Crawl Space Encapsulation Cost


Written by:  Howmuchisit.org Staff
Last Updated:  August 15, 2018

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Naturally, dirt and concrete, over time, will allow moisture to pass through, eventually causing your crawl space to become damp and moldy if a barrier is not installed.  As you can imagine, this moisture, if ignored, can cause your wood to weaken due to rot.

Known as crawl space encapsulation, this is a process of installing a thick plastic liner to seal the entire crawl space, from the floor to the walls, including any vents, to prevent moisture from entering the area as the area is now sealed.

Aside from a crawl space, it can also be used in a basement without a floor or an underground space with uneven floors and/or ceiling.

IMG_3340 by jmrodri, on Flickr
IMG_3340” (CC BY 2.0) by jmrodri

The average cost of crawl space encapsulation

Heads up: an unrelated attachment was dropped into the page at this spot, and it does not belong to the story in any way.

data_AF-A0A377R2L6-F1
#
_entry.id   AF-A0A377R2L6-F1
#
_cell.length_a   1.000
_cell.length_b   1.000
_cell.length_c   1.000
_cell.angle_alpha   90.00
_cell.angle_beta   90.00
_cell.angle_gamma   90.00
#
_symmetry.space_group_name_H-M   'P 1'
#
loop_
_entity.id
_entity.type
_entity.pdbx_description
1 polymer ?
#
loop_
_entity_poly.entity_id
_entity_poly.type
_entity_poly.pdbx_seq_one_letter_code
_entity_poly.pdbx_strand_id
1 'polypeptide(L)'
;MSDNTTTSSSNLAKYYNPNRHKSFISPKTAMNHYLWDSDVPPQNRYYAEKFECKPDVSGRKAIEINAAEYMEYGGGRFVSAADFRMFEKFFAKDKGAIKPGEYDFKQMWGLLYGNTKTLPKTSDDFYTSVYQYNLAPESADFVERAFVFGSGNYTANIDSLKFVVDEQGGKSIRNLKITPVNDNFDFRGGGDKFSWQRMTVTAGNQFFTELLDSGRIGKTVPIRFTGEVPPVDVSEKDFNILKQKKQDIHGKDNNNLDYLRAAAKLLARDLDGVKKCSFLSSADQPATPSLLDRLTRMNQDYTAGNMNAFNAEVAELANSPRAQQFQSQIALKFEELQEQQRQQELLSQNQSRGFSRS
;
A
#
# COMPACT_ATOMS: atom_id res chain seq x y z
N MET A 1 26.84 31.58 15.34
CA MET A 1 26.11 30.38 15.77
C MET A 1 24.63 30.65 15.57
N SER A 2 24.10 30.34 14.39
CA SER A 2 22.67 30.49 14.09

The cost of crawl space encapsulation will depend on the size of the crawl space area, the condition of the crawlspace, your geographical region, the type of barrier being used (the thicker the vapor barrier is, the more you’re going to pay for materials) and the contractor you hire.  Based on these factors, the average crawl space for a 1,500 to 2,500 square foot home, you’re looking at spending anywhere from as little as $2,000 to more than $11,000+

As you can see, there are many factors that can affect the price, and for that reason, it can be hard for us to offer an exact estimate.  For your job, we highly recommend you check out HomeAdvisor.com, a free online tool that allows you to receive quotes from local contractors online.  Here, you simply explain your job and licensed contractors in your area will contact you with a quote.  No credit card is required.

For those who are considering the DIY process, the materials for just the vapor barrier can cost about $3 to $5 per square foot for a barrier that’s about 12mil thick.  On Amazon.com, for instance, the costs for the vapor barrier falls in this price range, with about 180 feet in tape retailing for close to $40+